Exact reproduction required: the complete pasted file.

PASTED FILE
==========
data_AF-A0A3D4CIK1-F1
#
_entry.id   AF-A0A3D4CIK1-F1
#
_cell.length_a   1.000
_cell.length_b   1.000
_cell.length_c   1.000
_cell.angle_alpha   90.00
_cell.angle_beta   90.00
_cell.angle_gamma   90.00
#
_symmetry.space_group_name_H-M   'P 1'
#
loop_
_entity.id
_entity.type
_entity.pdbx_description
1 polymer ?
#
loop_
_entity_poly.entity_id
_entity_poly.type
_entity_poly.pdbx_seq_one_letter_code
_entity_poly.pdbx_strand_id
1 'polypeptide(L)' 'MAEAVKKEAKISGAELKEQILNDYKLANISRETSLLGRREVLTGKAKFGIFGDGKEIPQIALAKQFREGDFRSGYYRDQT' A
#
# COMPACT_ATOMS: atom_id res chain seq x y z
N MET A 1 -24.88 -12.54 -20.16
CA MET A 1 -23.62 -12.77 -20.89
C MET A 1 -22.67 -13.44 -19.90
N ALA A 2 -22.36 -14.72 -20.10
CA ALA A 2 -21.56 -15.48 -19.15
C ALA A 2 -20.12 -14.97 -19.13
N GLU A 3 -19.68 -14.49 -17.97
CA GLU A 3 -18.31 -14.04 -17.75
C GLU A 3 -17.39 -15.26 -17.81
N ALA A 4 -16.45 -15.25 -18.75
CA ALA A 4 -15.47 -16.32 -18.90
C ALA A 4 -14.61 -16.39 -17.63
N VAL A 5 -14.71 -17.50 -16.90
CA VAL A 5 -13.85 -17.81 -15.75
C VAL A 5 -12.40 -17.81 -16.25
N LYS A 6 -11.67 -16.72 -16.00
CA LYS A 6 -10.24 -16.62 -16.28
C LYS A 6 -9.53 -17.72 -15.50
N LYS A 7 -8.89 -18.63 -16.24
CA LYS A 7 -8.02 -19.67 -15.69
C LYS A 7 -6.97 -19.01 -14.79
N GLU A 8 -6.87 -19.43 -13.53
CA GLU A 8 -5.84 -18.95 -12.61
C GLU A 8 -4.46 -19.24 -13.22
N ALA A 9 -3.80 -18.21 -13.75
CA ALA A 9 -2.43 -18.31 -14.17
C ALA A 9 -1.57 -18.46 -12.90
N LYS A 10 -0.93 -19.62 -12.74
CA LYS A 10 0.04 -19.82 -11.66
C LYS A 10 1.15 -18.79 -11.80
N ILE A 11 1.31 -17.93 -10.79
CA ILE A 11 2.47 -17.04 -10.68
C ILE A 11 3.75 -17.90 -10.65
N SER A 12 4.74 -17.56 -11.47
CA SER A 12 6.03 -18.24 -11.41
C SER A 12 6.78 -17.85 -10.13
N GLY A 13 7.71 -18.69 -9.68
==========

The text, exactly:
data_AF-A0A3D4CIK1-F1
#
_entry.id   AF-A0A3D4CIK1-F1
#
_cell.length_a   1.000
_cell.length_b   1.000
_cell.length_c   1.000
_cell.angle_alpha   90.00
_cell.angle_beta   90.00
_cell.angle_gamma   90.00
#
_symmetry.space_group_name_H-M   'P 1'
#
loop_
_entity.id
_entity.type
_entity.pdbx_description
1 polymer ?
#
loop_
_entity_poly.entity_id
_entity_poly.type
_entity_poly.pdbx_seq_one_letter_code
_entity_poly.pdbx_strand_id
1 'polypeptide(L)' 'MAEAVKKEAKISGAELKEQILNDYKLANISRETSLLGRREVLTGKAKFGIFGDGKEIPQIALAKQFREGDFRSGYYRDQT' A
#
# COMPACT_ATOMS: atom_id res chain seq x y z
N MET A 1 -24.88 -12.54 -20.16
CA MET A 1 -23.62 -12.77 -20.89
C MET A 1 -22.67 -13.44 -19.90
N ALA A 2 -22.36 -14.72 -20.10
CA ALA A 2 -21.56 -15.48 -19.15
C ALA A 2 -20.12 -14.97 -19.13
N GLU A 3 -19.68 -14.49 -17.97
CA GLU A 3 -18.31 -14.04 -17.75
C GLU A 3 -17.39 -15.26 -17.81
N ALA A 4 -16.45 -15.25 -18.75
CA ALA A 4 -15.47 -16.32 -18.90
C ALA A 4 -14.61 -16.39 -17.63
N VAL A 5 -14.71 -17.50 -16.90
CA VAL A 5 -13.85 -17.81 -15.75
C VAL A 5 -12.40 -17.81 -16.25
N LYS A 6 -11.67 -16.72 -16.00
CA LYS A 6 -10.24 -16.62 -16.28
C LYS A 6 -9.53 -17.72 -15.50
N LYS A 7 -8.89 -18.63 -16.24
CA LYS A 7 -8.02 -19.67 -15.69
C LYS A 7 -6.97 -19.01 -14.79
N GLU A 8 -6.87 -19.43 -13.53
CA GLU A 8 -5.84 -18.95 -12.61
C GLU A 8 -4.46 -19.24 -13.22
N ALA A 9 -3.80 -18.21 -13.75
CA ALA A 9 -2.43 -18.31 -14.17
C ALA A 9 -1.57 -18.46 -12.90
N LYS A 10 -0.93 -19.62 -12.74
CA LYS A 10 0.04 -19.82 -11.66
C LYS A 10 1.15 -18.79 -11.80
N ILE A 11 1.31 -17.93 -10.79
CA ILE A 11 2.47 -17.04 -10.68
C ILE A 11 3.75 -17.90 -10.65
N SER A 12 4.74 -17.56 -11.47
CA SER A 12 6.03 -18.24 -11.41
C SER A 12 6.78 -17.85 -10.13
N GLY A 13 7.71 -18.69 -9.68